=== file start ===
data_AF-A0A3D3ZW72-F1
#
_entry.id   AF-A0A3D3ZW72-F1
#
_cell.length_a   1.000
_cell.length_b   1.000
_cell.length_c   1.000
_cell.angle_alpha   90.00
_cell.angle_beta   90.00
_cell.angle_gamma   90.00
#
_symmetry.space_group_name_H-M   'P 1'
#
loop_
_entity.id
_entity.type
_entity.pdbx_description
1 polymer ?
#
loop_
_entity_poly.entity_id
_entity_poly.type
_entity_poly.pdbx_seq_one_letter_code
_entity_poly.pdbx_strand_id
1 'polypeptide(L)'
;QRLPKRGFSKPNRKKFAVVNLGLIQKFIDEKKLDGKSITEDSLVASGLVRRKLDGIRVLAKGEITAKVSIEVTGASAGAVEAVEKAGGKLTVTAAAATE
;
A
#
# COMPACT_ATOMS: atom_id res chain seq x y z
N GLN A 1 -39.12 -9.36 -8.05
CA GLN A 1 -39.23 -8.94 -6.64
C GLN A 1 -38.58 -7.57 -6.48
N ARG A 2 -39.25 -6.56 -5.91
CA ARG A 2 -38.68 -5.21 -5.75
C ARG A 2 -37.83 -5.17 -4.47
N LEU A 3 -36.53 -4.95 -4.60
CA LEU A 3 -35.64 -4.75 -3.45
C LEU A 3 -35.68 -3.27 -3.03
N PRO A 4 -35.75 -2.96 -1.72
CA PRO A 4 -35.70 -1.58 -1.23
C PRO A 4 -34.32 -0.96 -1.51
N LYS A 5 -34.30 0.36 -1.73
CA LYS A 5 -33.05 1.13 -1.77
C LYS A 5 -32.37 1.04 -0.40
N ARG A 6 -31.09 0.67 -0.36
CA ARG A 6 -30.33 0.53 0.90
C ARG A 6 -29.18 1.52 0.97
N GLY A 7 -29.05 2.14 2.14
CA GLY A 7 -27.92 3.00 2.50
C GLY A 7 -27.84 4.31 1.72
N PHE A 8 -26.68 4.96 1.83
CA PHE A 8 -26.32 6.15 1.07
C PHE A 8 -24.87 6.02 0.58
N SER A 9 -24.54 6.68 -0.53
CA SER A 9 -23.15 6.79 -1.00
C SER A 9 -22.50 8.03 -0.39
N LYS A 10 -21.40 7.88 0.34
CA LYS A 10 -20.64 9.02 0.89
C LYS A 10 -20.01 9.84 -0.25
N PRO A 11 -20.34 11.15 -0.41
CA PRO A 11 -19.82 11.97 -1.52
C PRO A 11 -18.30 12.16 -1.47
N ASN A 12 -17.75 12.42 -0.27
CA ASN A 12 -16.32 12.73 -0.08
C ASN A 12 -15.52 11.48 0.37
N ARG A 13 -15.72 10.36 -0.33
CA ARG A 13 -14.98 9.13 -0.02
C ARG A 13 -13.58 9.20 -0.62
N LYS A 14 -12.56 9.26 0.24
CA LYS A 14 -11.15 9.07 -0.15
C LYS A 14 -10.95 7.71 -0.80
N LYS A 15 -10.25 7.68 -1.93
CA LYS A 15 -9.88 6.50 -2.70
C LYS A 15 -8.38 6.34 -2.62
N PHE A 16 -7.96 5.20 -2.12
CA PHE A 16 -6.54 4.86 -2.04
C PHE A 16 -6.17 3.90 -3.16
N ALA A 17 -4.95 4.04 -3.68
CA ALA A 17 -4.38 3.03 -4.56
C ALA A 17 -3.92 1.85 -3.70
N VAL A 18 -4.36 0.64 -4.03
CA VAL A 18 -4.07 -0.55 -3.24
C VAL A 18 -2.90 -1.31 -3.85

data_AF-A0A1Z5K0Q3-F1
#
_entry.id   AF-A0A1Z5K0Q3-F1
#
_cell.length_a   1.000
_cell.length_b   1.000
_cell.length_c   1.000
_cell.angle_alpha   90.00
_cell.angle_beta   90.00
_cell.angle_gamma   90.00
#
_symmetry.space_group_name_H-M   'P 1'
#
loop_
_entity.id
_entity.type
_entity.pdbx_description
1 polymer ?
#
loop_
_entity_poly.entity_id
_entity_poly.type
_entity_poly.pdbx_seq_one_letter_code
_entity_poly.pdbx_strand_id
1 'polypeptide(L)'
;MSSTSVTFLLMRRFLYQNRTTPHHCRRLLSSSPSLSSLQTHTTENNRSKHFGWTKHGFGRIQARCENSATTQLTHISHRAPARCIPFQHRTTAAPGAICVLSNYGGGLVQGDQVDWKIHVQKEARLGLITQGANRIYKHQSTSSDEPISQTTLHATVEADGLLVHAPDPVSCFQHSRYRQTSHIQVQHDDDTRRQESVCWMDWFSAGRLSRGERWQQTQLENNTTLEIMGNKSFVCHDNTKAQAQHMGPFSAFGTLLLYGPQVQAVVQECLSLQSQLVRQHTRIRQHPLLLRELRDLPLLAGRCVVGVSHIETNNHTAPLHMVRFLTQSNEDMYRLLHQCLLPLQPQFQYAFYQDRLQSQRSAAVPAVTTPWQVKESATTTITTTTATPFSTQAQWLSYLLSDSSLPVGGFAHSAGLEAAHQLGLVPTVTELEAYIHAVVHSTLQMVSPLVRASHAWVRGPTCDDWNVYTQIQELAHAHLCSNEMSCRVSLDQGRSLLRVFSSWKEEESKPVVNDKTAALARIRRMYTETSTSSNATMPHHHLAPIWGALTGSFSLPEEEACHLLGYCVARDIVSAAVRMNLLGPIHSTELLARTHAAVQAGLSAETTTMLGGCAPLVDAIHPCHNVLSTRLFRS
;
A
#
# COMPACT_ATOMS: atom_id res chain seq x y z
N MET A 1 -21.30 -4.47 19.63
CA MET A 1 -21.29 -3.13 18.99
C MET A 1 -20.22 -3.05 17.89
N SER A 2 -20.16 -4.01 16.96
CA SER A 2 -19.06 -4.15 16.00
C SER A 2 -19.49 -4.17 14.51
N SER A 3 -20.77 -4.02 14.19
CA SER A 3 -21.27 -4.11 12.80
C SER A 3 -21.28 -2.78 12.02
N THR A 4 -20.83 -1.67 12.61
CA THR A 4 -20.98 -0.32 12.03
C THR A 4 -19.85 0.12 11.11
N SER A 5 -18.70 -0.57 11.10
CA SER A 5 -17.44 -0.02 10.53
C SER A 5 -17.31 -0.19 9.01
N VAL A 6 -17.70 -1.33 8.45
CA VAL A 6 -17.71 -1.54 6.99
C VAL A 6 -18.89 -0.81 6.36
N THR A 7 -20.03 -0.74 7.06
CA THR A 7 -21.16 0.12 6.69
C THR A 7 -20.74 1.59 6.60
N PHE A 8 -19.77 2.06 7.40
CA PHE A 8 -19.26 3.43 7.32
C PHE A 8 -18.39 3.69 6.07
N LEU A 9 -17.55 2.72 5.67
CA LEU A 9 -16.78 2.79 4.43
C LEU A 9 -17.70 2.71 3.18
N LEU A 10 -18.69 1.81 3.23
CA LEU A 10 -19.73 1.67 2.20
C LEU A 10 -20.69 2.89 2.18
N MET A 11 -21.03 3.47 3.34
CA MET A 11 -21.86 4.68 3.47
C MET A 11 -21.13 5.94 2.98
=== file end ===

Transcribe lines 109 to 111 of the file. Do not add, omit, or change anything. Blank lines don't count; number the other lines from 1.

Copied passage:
1 'polypeptide(L)'
;MSSTSVTFLLMRRFLYQNRTTPHHCRRLLSSSPSLSSLQTHTTENNRSKHFGWTKHGFGRIQARCENSATTQLTHISHRAPARCIPFQHRTTAAPGAICVLSNYGGGLVQGDQVDWKIHVQKEARLGLITQGANRIYKHQSTSSDEPISQTTLHATVEADGLLVHAPDPVSCFQHSRYRQTSHIQVQHDDDTRRQESVCWMDWFSAGRLSRGERWQQTQLENNTTLEIMGNKSFVCHDNTKAQAQHMGPFSAFGTLLLYGPQVQAVVQECLSLQSQLVRQHTRIRQHPLLLRELRDLPLLAGRCVVGVSHIETNNHTAPLHMVRFLTQSNEDMYRLLHQCLLPLQPQFQYAFYQDRLQSQRSAAVPAVTTPWQVKESATTTITTTTATPFSTQAQWLSYLLSDSSLPVGGFAHSAGLEAAHQLGLVPTVTELEAYIHAVVHSTLQMVSPLVRASHAWVRGPTCDDWNVYTQIQELAHAHLCSNEMSCRVSLDQGRSLLRVFSSWKEEESKPVVNDKTAALARIRRMYTETSTSSNATMPHHHLAPIWGALTGSFSLPEEEACHLLGYCVARDIVSAAVRMNLLGPIHSTELLARTHAAVQAGLSAETTTMLGGCAPLVDAIHPCHNVLSTRLFRS
;